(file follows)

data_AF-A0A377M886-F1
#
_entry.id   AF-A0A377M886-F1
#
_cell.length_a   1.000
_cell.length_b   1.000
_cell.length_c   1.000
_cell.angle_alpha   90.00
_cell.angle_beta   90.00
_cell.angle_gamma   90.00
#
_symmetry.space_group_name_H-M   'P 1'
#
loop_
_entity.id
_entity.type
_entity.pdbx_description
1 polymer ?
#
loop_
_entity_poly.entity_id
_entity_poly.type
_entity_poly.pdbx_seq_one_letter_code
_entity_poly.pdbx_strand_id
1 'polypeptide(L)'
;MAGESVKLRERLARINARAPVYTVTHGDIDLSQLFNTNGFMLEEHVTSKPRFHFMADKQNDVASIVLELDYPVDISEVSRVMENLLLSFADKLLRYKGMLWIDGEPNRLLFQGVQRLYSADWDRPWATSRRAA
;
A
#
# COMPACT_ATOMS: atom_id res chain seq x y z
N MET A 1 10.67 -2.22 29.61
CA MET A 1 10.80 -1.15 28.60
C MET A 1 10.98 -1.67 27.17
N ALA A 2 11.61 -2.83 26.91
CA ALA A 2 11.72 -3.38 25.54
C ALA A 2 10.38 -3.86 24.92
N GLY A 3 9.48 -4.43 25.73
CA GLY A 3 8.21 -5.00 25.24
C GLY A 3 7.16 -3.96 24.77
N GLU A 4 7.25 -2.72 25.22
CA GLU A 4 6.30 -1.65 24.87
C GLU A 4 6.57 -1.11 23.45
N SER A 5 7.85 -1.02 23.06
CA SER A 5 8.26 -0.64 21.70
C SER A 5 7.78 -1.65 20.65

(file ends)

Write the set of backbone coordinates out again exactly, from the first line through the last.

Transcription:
data_AF-A0A377M886-F1
#
_entry.id   AF-A0A377M886-F1
#
_cell.length_a   1.000
_cell.length_b   1.000
_cell.length_c   1.000
_cell.angle_alpha   90.00
_cell.angle_beta   90.00
_cell.angle_gamma   90.00
#
_symmetry.space_group_name_H-M   'P 1'
#
loop_
_entity.id
_entity.type
_entity.pdbx_description
1 polymer ?
#
loop_
_entity_poly.entity_id
_entity_poly.type
_entity_poly.pdbx_seq_one_letter_code
_entity_poly.pdbx_strand_id
1 'polypeptide(L)'
;MAGESVKLRERLARINARAPVYTVTHGDIDLSQLFNTNGFMLEEHVTSKPRFHFMADKQNDVASIVLELDYPVDISEVSRVMENLLLSFADKLLRYKGMLWIDGEPNRLLFQGVQRLYSADWDRPWATSRRAA
;
A
#
# COMPACT_ATOMS: atom_id res chain seq x y z
N MET A 1 10.67 -2.22 29.61
CA MET A 1 10.80 -1.15 28.60
C MET A 1 10.98 -1.67 27.17
N ALA A 2 11.61 -2.83 26.91
CA ALA A 2 11.72 -3.38 25.54
C ALA A 2 10.38 -3.86 24.92
N GLY A 3 9.48 -4.43 25.73
CA GLY A 3 8.21 -5.00 25.24
C GLY A 3 7.16 -3.96 24.77
N GLU A 4 7.25 -2.72 25.22
CA GLU A 4 6.30 -1.65 24.87
C GLU A 4 6.57 -1.11 23.45
N SER A 5 7.85 -1.02 23.06
CA SER A 5 8.26 -0.64 21.70
C SER A 5 7.78 -1.65 20.65